USSR Releases 2 Jewish Activists Who Were Facing Prison Terms
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USSR Releases 2 Jewish Activists Who Were Facing Prison Terms

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Soviet authorities have unexpectedly released two Jewish activists who were facing prison terms of up to five years for their part in demonstrations by Moscow Jews last month to demand to know why they have been denied exit visas. Boris Chernobilsky and Dr. losif Ahs, who were to stand trial shortly on charges of “malicious hooliganism,” were told by Soviet authorities that they were being freed because it was their first offense and because both are family men.

The National Conference on Soviet Jewry called the move “unprecedented” and reported today that it was “greeted with amazement by other Jewish activists who said they could not remember a previous incident where criminal charges did not ultimately result in conviction and imprisonment.”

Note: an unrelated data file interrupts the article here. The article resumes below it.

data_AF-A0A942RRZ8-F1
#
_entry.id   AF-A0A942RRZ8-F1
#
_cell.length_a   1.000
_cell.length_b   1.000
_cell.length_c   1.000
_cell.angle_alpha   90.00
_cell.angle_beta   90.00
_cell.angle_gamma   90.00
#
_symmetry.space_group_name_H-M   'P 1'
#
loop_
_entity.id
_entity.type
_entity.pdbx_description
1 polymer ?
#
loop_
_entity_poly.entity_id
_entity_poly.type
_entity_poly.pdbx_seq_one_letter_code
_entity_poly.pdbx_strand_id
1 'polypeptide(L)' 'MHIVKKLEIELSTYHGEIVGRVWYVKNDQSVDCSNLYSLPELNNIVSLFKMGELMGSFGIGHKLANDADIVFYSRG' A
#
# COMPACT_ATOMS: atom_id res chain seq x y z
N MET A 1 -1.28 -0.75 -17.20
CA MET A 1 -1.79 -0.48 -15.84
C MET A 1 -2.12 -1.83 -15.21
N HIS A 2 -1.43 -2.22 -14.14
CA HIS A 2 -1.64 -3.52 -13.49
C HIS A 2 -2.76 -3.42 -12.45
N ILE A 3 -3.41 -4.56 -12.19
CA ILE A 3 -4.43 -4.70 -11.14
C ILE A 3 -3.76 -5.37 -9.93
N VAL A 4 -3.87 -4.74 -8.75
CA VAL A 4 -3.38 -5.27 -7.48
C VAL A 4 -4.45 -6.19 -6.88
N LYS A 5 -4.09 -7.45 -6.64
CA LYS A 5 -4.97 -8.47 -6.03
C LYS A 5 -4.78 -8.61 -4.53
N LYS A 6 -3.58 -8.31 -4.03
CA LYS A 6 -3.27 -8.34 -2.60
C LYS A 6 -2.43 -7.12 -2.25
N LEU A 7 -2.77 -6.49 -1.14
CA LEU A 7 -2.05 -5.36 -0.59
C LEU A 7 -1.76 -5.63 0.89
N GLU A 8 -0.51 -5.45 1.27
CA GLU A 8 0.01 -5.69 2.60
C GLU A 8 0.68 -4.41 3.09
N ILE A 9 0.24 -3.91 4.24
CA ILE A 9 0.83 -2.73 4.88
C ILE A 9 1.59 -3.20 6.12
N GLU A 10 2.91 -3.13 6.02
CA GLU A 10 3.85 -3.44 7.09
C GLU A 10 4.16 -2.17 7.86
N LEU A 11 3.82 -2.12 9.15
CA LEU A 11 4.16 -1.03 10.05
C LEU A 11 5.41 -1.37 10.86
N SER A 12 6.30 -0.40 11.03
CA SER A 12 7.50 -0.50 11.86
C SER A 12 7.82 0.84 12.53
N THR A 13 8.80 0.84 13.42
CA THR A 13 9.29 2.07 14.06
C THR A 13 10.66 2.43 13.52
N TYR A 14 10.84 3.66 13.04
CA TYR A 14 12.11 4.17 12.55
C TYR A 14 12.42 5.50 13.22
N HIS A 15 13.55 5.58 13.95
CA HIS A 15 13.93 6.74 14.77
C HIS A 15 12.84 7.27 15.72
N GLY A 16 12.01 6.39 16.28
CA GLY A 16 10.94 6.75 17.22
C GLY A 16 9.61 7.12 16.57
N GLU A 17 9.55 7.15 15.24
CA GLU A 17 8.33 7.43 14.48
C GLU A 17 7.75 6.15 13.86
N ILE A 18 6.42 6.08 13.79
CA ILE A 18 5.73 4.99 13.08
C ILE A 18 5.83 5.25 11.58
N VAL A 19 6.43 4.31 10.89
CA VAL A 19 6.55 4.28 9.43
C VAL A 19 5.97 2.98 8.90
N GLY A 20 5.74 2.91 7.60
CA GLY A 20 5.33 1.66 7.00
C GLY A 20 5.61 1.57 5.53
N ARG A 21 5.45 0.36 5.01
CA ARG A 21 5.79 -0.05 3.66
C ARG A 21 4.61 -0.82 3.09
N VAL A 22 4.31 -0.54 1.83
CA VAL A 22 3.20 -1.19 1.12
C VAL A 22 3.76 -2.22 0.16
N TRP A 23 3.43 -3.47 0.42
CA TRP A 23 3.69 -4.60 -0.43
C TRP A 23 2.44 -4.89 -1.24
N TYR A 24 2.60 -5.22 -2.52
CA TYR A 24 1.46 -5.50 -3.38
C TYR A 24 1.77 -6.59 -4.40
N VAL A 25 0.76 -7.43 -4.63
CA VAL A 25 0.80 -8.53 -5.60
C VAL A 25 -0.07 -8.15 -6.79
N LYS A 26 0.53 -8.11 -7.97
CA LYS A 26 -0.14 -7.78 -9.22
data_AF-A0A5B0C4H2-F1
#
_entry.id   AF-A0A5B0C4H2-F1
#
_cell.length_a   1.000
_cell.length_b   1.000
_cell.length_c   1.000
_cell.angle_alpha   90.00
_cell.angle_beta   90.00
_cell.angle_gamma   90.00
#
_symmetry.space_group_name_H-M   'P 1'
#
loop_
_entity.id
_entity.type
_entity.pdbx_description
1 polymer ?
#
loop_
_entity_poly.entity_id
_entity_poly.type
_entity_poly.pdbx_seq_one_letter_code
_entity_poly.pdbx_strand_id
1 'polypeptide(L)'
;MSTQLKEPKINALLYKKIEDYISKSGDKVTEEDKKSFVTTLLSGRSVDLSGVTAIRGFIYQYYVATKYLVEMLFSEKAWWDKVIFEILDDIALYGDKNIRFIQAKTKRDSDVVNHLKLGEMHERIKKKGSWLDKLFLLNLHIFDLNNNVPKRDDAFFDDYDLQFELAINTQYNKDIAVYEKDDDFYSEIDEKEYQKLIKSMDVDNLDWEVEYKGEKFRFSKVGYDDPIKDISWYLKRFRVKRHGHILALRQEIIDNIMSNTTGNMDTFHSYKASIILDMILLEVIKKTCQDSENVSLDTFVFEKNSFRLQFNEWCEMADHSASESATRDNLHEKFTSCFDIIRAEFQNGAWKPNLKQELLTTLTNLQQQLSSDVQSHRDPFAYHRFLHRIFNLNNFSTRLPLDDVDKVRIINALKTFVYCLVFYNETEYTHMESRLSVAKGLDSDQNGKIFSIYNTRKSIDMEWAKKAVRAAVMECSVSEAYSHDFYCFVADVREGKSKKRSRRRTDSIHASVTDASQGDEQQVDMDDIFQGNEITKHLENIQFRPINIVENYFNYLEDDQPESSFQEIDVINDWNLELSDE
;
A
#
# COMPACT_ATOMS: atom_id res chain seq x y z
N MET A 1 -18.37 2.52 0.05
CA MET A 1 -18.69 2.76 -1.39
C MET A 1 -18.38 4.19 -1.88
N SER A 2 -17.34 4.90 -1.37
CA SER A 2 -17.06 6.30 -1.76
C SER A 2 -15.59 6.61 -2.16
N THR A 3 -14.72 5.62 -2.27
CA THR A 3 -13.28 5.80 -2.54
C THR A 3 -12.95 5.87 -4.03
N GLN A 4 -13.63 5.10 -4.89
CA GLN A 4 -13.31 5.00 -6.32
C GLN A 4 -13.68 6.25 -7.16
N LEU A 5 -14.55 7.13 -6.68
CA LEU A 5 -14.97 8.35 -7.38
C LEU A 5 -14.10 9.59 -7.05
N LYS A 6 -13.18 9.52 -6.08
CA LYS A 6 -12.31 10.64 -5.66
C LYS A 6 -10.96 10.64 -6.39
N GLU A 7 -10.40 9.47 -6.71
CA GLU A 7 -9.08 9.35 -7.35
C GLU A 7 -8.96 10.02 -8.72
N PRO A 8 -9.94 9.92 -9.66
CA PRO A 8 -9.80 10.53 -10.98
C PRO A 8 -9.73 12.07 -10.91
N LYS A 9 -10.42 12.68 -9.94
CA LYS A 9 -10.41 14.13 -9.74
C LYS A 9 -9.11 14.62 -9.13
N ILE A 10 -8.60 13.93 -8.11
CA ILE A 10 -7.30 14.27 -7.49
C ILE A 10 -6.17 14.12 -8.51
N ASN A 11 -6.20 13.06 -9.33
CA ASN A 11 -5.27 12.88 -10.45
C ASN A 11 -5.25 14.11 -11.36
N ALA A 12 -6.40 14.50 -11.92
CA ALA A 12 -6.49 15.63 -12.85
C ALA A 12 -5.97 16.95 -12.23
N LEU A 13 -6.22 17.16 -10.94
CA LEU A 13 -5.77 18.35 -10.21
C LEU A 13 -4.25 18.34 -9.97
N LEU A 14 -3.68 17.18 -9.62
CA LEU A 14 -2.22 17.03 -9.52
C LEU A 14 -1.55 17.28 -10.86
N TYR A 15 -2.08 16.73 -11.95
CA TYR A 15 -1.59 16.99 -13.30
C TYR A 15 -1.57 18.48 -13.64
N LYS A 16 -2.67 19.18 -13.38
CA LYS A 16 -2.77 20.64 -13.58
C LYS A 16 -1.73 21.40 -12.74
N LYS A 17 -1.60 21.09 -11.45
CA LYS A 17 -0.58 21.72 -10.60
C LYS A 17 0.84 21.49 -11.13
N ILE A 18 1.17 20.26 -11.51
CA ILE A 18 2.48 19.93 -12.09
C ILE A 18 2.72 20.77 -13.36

According to the NCSJ, veteran activist Vladimir Slepak attributed the Soviet action to pressure from the United States. NCSJ chairman Eugene Gold said the release was welcomed and added, “We are glad the Soviet authorities dropped the unwarranted charges against the two Soviet Jews whose only wish is to emigrate to Israel.”

The Student Struggle for Soviet Jewry expressed a “sense of vindication once again of the efficacy of pressure.” However, an SSSJ spokesman said, “We must not let this victory make us forget that we’re merely back to square one.” The spokesman noted that of the 52 Jews who demonstrated for visas, only one has received permission to emigrate. “The Soviets are making a play to obtain the good graces of the incoming Carter Administration,” the SSSJ said.

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